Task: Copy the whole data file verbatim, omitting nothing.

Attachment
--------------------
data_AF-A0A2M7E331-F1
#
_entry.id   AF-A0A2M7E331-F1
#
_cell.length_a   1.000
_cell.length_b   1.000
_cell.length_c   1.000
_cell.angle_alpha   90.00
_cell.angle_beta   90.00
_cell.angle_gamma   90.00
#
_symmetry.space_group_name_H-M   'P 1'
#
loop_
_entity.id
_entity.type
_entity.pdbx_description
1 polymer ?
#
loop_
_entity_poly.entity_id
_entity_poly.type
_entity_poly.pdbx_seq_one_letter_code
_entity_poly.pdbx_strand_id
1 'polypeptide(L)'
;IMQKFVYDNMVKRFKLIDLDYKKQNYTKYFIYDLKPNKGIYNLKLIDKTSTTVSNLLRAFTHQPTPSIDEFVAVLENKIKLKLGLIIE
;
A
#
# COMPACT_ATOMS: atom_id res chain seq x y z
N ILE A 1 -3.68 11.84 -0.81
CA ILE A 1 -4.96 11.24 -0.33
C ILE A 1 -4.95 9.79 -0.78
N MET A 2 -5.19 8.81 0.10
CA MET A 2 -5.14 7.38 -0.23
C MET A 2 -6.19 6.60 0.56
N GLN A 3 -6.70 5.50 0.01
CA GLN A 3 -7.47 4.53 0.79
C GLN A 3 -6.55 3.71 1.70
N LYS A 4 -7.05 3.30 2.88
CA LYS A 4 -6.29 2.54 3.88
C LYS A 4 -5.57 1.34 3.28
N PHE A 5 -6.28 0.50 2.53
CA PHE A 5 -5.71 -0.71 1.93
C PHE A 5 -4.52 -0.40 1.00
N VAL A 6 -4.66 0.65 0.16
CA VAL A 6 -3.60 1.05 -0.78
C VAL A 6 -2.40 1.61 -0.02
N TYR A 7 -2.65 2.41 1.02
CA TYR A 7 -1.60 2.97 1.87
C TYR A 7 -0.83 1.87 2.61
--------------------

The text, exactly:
data_AF-A0A2M7E331-F1
#
_entry.id   AF-A0A2M7E331-F1
#
_cell.length_a   1.000
_cell.length_b   1.000
_cell.length_c   1.000
_cell.angle_alpha   90.00
_cell.angle_beta   90.00
_cell.angle_gamma   90.00
#
_symmetry.space_group_name_H-M   'P 1'
#
loop_
_entity.id
_entity.type
_entity.pdbx_description
1 polymer ?
#
loop_
_entity_poly.entity_id
_entity_poly.type
_entity_poly.pdbx_seq_one_letter_code
_entity_poly.pdbx_strand_id
1 'polypeptide(L)'
;IMQKFVYDNMVKRFKLIDLDYKKQNYTKYFIYDLKPNKGIYNLKLIDKTSTTVSNLLRAFTHQPTPSIDEFVAVLENKIKLKLGLIIE
;
A
#
# COMPACT_ATOMS: atom_id res chain seq x y z
N ILE A 1 -3.68 11.84 -0.81
CA ILE A 1 -4.96 11.24 -0.33
C ILE A 1 -4.95 9.79 -0.78
N MET A 2 -5.19 8.81 0.10
CA MET A 2 -5.14 7.38 -0.23
C MET A 2 -6.19 6.60 0.56
N GLN A 3 -6.70 5.50 0.01
CA GLN A 3 -7.47 4.53 0.79
C GLN A 3 -6.55 3.71 1.70
N LYS A 4 -7.05 3.30 2.88
CA LYS A 4 -6.29 2.54 3.88
C LYS A 4 -5.57 1.34 3.28
N PHE A 5 -6.28 0.50 2.53
CA PHE A 5 -5.71 -0.71 1.93
C PHE A 5 -4.52 -0.40 1.00
N VAL A 6 -4.66 0.65 0.16
CA VAL A 6 -3.60 1.05 -0.78
C VAL A 6 -2.40 1.61 -0.02
N TYR A 7 -2.65 2.41 1.02
CA TYR A 7 -1.60 2.97 1.87
C TYR A 7 -0.83 1.87 2.61